The election established two facts - that the Muslims did not want to be a part of Hindu-dominated united India and that the Muslim League represented the interest and aspirations of a vast majority of Muslim voters.
There were intelligence reports that the Congress was going to embark on a plan to overthrow the government through a large-scale mass movement. Viceroy Wavell cabled Pethick-Lawrence, the British secretary of state, that Congress leaders were making speeches “intended to provoke or pave the way for mass disorder…” (Transfer of Power Documents 1942 - 1947, Vol VI, p. 451).
Wavell assessed the political situation in India at the time as: “Congress feel that HMG dare not break with them - their aim is power and to get rid of British influence as soon as possible, after which they think they can deal with both Muslims and Princes; the former by bribery - and if necessary by force; the latter by stirring up their people against them. - They will continue - until they consider themselves strong enough to - revolt against British rule’. (Transfer of Power Documents, Volume IX, pp. 240-2).
The British prime minister, Clement Attlee thought, “The situation might so develop as to result in civil war in India, with all the bloodshed which that would entail” (Transfer of Power Documents 1942-1947, Vol. IX, P. 319). He had decided to hand over power to avoid such an eventuality. He would have much preferred if India remained united but when the Cabinet Mission failed in 1946, the only option left open was to partition the country. To get the Congress to agree to it, the latter was assured that it will be done in such a way that Pakistan will not be a viable country likely to survive for long.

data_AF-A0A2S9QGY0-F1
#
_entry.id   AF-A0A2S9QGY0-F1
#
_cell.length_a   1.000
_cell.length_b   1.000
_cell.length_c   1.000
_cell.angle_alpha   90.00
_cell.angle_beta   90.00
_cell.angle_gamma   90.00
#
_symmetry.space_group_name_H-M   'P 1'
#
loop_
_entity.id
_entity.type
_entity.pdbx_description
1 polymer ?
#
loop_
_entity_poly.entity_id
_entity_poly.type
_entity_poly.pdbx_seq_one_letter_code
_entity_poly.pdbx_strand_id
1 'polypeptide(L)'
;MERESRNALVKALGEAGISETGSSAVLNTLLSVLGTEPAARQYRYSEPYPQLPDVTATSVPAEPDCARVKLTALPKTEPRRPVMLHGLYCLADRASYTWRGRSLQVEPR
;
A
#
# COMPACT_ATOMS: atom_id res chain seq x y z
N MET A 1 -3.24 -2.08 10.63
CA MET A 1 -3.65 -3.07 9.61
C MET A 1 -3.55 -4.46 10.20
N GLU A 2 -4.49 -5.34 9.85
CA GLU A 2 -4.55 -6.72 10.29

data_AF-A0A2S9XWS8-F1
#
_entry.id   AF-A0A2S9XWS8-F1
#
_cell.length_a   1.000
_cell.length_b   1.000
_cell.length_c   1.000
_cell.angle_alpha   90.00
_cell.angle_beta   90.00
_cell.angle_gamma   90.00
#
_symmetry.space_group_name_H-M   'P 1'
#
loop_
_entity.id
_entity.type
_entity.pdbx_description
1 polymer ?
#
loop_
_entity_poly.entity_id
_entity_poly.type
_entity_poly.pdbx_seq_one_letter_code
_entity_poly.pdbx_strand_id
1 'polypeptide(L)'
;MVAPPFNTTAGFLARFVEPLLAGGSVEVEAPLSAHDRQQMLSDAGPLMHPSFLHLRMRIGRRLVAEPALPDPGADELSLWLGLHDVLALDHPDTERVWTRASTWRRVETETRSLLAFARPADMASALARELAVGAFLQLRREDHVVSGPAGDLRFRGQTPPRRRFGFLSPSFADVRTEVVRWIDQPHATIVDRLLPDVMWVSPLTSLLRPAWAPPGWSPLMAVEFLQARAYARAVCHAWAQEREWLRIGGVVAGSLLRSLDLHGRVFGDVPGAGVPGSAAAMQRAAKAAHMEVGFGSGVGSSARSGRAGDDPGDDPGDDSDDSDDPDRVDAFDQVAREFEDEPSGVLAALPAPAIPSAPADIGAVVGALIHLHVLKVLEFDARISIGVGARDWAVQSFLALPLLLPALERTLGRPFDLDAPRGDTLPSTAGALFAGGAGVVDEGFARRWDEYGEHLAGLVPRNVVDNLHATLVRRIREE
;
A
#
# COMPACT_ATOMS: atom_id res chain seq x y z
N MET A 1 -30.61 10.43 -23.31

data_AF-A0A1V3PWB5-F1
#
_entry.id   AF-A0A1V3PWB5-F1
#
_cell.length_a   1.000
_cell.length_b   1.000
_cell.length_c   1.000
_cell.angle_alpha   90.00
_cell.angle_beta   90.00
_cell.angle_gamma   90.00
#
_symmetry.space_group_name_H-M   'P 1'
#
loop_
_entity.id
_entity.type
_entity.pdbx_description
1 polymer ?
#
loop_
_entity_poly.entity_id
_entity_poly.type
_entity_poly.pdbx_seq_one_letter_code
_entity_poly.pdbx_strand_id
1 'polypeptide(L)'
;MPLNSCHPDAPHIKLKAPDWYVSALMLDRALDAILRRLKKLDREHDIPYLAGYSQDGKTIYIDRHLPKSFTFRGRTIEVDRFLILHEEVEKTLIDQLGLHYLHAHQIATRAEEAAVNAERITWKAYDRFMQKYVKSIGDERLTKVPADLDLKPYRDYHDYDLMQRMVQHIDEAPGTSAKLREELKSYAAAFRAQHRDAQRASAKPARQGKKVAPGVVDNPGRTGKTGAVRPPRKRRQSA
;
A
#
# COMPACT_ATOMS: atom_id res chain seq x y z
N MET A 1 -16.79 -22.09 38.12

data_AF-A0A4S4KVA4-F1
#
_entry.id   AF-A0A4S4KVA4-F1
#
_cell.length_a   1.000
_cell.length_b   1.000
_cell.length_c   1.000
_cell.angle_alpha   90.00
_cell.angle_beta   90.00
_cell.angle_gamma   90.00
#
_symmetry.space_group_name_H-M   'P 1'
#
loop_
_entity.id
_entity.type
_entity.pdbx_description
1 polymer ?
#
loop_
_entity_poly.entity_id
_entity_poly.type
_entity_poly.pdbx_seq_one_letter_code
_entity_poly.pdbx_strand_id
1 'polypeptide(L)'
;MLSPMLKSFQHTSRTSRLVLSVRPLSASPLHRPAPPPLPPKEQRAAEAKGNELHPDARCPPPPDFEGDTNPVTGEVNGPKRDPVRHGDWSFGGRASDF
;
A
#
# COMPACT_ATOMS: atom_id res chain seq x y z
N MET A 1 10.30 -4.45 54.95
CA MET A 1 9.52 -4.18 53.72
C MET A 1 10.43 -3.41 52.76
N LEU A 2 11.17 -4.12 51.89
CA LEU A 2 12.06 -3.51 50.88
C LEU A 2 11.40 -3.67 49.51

Mr Gandhi had dispatched an emissary from his own entourage, Sudhir Ghosh, to London to liaise privately with the British government. While studying at Cambridge he had established durable links with Quakers and Labour politicians, including Pethick Lawrence and Cripps. Privately, the former considered him a ‘vexatious embarrassment’ while Wavell referred to him as ‘that little rat’ and a ‘snake in the grass with a very swollen head’. Nonetheless, he remained Mr Gandhi’s man for making back-room deals with the Labour Party. His first mission was to arrange for the removal of Wavell and replace him with someone more acceptable to Congress.